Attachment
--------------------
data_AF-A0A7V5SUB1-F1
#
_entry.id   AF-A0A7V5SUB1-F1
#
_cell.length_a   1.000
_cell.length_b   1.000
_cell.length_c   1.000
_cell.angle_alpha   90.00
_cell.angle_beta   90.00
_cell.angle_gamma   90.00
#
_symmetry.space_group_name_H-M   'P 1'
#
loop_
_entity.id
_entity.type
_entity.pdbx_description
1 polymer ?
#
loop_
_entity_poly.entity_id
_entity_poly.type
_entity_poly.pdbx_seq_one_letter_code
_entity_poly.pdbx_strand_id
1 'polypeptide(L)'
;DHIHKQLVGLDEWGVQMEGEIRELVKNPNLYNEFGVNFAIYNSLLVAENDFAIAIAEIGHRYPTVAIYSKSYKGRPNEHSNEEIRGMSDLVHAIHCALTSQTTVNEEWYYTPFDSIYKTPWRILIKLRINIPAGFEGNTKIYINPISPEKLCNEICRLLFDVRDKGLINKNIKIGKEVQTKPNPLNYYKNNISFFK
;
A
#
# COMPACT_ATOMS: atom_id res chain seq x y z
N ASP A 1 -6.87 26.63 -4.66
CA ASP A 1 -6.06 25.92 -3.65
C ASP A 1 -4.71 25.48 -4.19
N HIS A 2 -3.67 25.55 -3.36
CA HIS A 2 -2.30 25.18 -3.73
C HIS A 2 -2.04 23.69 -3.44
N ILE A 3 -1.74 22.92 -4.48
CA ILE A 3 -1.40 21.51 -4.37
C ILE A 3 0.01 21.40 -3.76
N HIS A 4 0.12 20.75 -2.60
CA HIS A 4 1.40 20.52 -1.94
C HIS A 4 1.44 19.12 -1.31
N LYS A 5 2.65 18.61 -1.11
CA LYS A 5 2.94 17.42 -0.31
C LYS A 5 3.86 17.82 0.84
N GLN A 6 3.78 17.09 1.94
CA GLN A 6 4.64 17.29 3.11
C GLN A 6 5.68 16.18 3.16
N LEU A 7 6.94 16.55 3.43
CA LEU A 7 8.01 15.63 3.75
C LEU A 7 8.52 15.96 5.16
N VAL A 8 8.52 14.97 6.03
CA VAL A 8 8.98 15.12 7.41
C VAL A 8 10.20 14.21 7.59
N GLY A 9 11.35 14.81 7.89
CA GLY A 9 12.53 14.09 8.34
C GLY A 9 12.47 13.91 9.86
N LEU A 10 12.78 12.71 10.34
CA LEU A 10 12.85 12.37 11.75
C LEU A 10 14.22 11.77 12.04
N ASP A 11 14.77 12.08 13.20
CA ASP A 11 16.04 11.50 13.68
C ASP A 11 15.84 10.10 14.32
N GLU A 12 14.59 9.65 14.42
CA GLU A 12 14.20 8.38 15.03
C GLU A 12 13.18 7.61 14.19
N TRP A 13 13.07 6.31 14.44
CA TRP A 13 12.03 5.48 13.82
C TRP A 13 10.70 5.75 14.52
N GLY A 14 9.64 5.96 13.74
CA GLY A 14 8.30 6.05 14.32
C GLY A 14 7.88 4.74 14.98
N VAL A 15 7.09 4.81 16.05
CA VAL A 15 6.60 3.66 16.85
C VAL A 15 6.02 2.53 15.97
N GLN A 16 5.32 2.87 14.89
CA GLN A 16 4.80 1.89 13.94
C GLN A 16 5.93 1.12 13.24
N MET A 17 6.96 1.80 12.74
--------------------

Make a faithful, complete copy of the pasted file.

data_AF-A0A7V5SUB1-F1
#
_entry.id   AF-A0A7V5SUB1-F1
#
_cell.length_a   1.000
_cell.length_b   1.000
_cell.length_c   1.000
_cell.angle_alpha   90.00
_cell.angle_beta   90.00
_cell.angle_gamma   90.00
#
_symmetry.space_group_name_H-M   'P 1'
#
loop_
_entity.id
_entity.type
_entity.pdbx_description
1 polymer ?
#
loop_
_entity_poly.entity_id
_entity_poly.type
_entity_poly.pdbx_seq_one_letter_code
_entity_poly.pdbx_strand_id
1 'polypeptide(L)'
;DHIHKQLVGLDEWGVQMEGEIRELVKNPNLYNEFGVNFAIYNSLLVAENDFAIAIAEIGHRYPTVAIYSKSYKGRPNEHSNEEIRGMSDLVHAIHCALTSQTTVNEEWYYTPFDSIYKTPWRILIKLRINIPAGFEGNTKIYINPISPEKLCNEICRLLFDVRDKGLINKNIKIGKEVQTKPNPLNYYKNNISFFK
;
A
#
# COMPACT_ATOMS: atom_id res chain seq x y z
N ASP A 1 -6.87 26.63 -4.66
CA ASP A 1 -6.06 25.92 -3.65
C ASP A 1 -4.71 25.48 -4.19
N HIS A 2 -3.67 25.55 -3.36
CA HIS A 2 -2.30 25.18 -3.73
C HIS A 2 -2.04 23.69 -3.44
N ILE A 3 -1.74 22.92 -4.48
CA ILE A 3 -1.40 21.51 -4.37
C ILE A 3 0.01 21.40 -3.76
N HIS A 4 0.12 20.75 -2.60
CA HIS A 4 1.40 20.52 -1.94
C HIS A 4 1.44 19.12 -1.31
N LYS A 5 2.65 18.61 -1.11
CA LYS A 5 2.94 17.42 -0.31
C LYS A 5 3.86 17.82 0.84
N GLN A 6 3.78 17.09 1.94
CA GLN A 6 4.64 17.29 3.11
C GLN A 6 5.68 16.18 3.16
N LEU A 7 6.94 16.55 3.43
CA LEU A 7 8.01 15.63 3.75
C LEU A 7 8.52 15.96 5.16
N VAL A 8 8.52 14.97 6.03
CA VAL A 8 8.98 15.12 7.41
C VAL A 8 10.20 14.21 7.59
N GLY A 9 11.35 14.81 7.89
CA GLY A 9 12.53 14.09 8.34
C GLY A 9 12.47 13.91 9.86
N LEU A 10 12.78 12.71 10.34
CA LEU A 10 12.85 12.37 11.75
C LEU A 10 14.22 11.77 12.04
N ASP A 11 14.77 12.08 13.20
CA ASP A 11 16.04 11.50 13.68
C ASP A 11 15.84 10.10 14.32
N GLU A 12 14.59 9.65 14.42
CA GLU A 12 14.20 8.38 15.03
C GLU A 12 13.18 7.61 14.19
N TRP A 13 13.07 6.31 14.44
CA TRP A 13 12.03 5.48 13.82
C TRP A 13 10.70 5.75 14.52
N GLY A 14 9.64 5.96 13.74
CA GLY A 14 8.30 6.05 14.32
C GLY A 14 7.88 4.74 14.98
N VAL A 15 7.09 4.81 16.05
CA VAL A 15 6.60 3.66 16.85
C VAL A 15 6.02 2.53 15.97
N GLN A 16 5.32 2.87 14.89
CA GLN A 16 4.80 1.89 13.94
C GLN A 16 5.93 1.12 13.24
N MET A 17 6.96 1.80 12.74